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Church: Stop Wasting God’s Money

Excellence in the Arts, Technology - by - August 17, 2009 - 17:15 Etc/GMT+5 - Be first to Comment!

I read this blog post (Church Planters: Stop Wasting God’s Money) by Bob Thune this morning and I can say I completely agree with him. Yet- I also feel there is more to it that applies to more than just church planters.  The people who make up the church often buy into marketing hype. They purchase goods and services they don’t really need.  This side of the story is just as wasteful and probably more prevalent in the church. A way that the church is wasteful of God’s money is being  CHEAP and STINGY, leading to purchase of cheap products that seem to, but never quite, meet the need. In addition the cheap stuff will not last and will end up costing much more in the long run.  I have seen this time and time again, especially when it comes to technology solutions.

Let’s consider an example to illustrate the point.  A new church plant is started.  They are meeting in a small space and can gather around to hear the sermon and the music just fine with no sound system, no amplification.

The church grows to 50 people and starts meeting in a middle school cafeteria. The people are more spread out and can’t hear the sermon so easily anymore.  There is also a new musician, a guitar player who brings his own little amp and drowns out those trying to lead the singing.  The church now needs a sound system. Music Instrument Shack sells karaoke and dj equipment, so the church goes there to buy a speaker, amplifier/mixer, mics, cables, etc, spending what seems to them a bunch of money.  This consumer/amateur sound system does a good job of making things loud– but not easy to hear.  The result in a multipurpose room with terrible acoustics? Everything will sound even worse.  The people can hear the pastor’s voice, but they cannot necessarily understand the words.

Eventually the church grows to the point they move to an even larger room, have a larger band, and now the equipment they purchased is not serving them well at all.  To make matters worse, it really is not expandable and is in bad condition because it was poorly built, cheap consumer goods.  This is shoved in a storage closet and another sound system is purchased at a much higher cost.  This second system works better, but no-one really understands how to run it, and it really has a lot more buttons and knobs than the church knows what to do with.

Another season of growth and a while later the church acquires a more permanent home. The portable system is installed in the building; something it was never designed to do.  Again the system is no longer meeting the needs of the church.  A salesman stops by and convinces the leadership that they need all new equipment.  They cycle continues, never really meeting the needs of the church.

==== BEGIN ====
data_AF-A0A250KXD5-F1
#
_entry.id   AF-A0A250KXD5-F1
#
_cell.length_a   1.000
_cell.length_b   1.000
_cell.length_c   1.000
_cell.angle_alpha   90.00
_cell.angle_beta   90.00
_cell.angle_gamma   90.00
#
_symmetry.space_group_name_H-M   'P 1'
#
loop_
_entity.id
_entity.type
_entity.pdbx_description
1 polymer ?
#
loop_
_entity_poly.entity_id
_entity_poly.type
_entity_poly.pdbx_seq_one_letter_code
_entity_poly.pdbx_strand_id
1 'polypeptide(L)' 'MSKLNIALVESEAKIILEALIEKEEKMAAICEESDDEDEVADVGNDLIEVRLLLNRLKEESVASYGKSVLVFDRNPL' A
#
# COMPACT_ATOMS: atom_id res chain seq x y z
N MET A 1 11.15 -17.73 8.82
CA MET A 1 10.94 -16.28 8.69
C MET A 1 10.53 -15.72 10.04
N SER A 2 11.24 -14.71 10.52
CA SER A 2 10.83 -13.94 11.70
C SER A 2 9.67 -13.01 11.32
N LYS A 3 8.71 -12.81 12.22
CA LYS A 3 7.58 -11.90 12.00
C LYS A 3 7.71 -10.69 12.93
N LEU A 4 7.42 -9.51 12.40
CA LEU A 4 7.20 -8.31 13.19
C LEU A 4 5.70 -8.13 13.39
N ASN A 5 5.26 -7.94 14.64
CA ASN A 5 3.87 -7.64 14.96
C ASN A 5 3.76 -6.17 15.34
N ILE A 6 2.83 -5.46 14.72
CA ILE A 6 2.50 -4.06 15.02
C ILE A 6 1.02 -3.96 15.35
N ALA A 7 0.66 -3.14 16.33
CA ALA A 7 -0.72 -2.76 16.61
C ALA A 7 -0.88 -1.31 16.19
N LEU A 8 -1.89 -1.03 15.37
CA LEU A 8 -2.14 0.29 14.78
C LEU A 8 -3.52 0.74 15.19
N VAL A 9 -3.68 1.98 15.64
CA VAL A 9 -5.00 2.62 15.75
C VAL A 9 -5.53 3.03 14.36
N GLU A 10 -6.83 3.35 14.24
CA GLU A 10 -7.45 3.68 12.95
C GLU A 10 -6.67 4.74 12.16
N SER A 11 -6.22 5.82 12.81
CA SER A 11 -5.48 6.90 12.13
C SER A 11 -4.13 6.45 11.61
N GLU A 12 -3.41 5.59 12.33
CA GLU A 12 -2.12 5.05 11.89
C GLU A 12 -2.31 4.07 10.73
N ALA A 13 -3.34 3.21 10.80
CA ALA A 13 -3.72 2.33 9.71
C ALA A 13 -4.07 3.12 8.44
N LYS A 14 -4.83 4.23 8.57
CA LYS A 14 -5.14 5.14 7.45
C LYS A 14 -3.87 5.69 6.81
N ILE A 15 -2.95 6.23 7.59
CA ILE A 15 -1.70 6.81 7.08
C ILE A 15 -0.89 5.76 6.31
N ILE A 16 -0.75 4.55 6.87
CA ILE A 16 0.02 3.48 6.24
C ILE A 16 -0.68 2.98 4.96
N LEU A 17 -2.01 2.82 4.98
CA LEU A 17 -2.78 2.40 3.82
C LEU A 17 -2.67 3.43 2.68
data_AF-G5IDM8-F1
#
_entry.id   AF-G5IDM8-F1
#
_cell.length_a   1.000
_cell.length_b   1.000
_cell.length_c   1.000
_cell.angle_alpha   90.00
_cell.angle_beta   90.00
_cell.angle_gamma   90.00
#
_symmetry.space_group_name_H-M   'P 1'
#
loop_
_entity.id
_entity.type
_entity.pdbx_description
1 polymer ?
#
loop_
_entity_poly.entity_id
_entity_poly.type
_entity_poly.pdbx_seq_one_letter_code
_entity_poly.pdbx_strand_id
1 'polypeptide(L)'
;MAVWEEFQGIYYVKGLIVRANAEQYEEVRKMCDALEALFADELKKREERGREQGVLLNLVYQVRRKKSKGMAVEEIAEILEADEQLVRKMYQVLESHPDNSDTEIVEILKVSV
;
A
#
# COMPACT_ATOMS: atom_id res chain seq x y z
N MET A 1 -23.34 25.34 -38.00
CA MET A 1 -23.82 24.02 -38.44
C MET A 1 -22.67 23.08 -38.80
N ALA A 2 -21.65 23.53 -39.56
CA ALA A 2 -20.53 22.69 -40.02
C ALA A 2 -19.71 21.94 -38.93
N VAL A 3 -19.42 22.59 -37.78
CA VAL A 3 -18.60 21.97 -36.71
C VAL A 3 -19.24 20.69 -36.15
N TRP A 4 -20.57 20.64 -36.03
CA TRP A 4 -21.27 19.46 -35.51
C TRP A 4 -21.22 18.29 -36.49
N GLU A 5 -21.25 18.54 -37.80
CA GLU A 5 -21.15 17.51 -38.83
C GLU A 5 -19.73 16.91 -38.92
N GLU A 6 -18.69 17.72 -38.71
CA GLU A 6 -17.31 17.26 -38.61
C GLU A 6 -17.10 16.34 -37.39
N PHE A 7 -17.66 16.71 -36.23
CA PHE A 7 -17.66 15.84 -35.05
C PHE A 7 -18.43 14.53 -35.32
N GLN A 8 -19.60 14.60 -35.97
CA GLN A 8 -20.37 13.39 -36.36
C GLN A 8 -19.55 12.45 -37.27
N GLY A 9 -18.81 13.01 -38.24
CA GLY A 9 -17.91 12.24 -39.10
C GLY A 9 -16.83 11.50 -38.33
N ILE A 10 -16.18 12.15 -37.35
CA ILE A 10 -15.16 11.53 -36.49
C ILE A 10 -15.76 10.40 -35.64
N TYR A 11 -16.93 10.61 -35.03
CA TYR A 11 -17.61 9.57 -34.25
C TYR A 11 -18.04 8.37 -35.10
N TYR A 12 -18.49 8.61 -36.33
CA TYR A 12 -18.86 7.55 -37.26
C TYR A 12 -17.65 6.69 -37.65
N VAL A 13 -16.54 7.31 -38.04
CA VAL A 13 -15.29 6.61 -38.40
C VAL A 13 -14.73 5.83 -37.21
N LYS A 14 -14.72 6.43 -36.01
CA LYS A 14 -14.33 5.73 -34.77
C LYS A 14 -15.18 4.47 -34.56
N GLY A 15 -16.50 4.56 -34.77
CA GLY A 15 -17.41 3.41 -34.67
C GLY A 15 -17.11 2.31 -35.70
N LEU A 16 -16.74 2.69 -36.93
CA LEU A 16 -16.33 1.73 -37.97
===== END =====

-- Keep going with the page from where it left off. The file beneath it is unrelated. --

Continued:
How can this be avoided?  How can a church purchase equipment that will grow with them, be expandable, work in the church meeting spaces with the way the church functions?  How can the church plan on replacing equipment at the proper times and how long should the equipment last?

The answer is to carefully evaluate needs.  Proverbs 15:22 says “plans fail for lack of counsel, but with many advisors they succeed.”  What advisors are the leaders consulting when making decisions about how to evaluate and fill technology needs?  Yes, evaluate the needs, the budget, the vision for the church’s future before making purchases; plan what is really needed.  This means seeking advice from someone who is more qualified and has better understanding and experience before spending money on goods or services.

There are many sources of good information. There are church networks such as austinTech.org. A member of the congregation may know something about mixing a live band. These are sources “free” advice and help. There are consultants or other professionals that may require payment, but these will work one-on-one with the church leaders to ensure the group’s interests are cared for and the true need is met.  Whatever counsel a church seeks, the process is to carefully evaluate needs and carefully plan for the future before purchasing anything.  In reality, a partner and a solution are the answer to the problem, not just a new piece of equipment. This can be the best stewardship of God’s money, helping the church minister and accomplish her purpose with excellence.

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